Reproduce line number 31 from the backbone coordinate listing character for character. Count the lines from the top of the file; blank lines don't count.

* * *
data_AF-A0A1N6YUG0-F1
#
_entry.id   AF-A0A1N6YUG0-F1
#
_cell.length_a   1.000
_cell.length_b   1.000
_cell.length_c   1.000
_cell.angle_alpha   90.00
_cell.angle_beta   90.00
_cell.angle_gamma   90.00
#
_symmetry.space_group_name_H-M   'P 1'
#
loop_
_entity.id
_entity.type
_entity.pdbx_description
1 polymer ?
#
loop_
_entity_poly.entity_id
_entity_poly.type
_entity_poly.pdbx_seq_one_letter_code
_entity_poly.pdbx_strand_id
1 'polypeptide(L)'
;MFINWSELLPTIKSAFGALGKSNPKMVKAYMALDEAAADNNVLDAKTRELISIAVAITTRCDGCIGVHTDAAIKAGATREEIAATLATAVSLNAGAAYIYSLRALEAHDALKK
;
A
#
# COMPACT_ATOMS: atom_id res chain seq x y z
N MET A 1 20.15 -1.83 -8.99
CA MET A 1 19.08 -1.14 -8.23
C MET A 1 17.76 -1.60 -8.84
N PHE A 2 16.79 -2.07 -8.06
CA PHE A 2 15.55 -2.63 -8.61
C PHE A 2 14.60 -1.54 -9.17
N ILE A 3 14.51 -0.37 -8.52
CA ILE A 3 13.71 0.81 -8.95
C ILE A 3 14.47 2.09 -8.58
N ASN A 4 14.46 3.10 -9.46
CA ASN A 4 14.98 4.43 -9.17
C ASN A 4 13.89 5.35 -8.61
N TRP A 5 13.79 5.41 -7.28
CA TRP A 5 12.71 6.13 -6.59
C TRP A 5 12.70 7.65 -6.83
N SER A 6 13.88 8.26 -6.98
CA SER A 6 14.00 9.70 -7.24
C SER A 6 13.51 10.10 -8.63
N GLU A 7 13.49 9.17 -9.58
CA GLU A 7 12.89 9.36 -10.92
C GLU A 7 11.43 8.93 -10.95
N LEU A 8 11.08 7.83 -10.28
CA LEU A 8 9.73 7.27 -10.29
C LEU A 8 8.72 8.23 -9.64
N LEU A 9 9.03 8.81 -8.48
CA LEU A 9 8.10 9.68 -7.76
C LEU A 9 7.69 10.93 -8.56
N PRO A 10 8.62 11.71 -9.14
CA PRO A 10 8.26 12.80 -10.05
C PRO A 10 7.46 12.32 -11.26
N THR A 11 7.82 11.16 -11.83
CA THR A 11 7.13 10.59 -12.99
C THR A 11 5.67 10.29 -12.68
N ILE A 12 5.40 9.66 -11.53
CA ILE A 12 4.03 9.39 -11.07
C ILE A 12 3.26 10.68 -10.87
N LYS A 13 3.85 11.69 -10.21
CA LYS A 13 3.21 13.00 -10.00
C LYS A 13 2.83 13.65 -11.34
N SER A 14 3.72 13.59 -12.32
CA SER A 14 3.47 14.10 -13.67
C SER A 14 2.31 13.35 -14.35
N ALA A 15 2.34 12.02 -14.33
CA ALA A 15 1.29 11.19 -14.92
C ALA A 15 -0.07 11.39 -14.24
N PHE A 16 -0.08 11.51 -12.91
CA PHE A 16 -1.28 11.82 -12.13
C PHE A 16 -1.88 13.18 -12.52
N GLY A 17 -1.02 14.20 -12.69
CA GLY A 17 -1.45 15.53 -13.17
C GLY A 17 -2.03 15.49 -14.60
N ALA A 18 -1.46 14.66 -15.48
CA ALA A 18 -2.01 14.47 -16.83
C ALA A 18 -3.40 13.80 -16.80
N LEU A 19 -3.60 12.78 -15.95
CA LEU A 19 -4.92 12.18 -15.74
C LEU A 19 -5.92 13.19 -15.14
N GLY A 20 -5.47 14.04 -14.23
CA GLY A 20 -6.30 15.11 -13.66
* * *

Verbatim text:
N MET A 1 20.15 -1.83 -8.99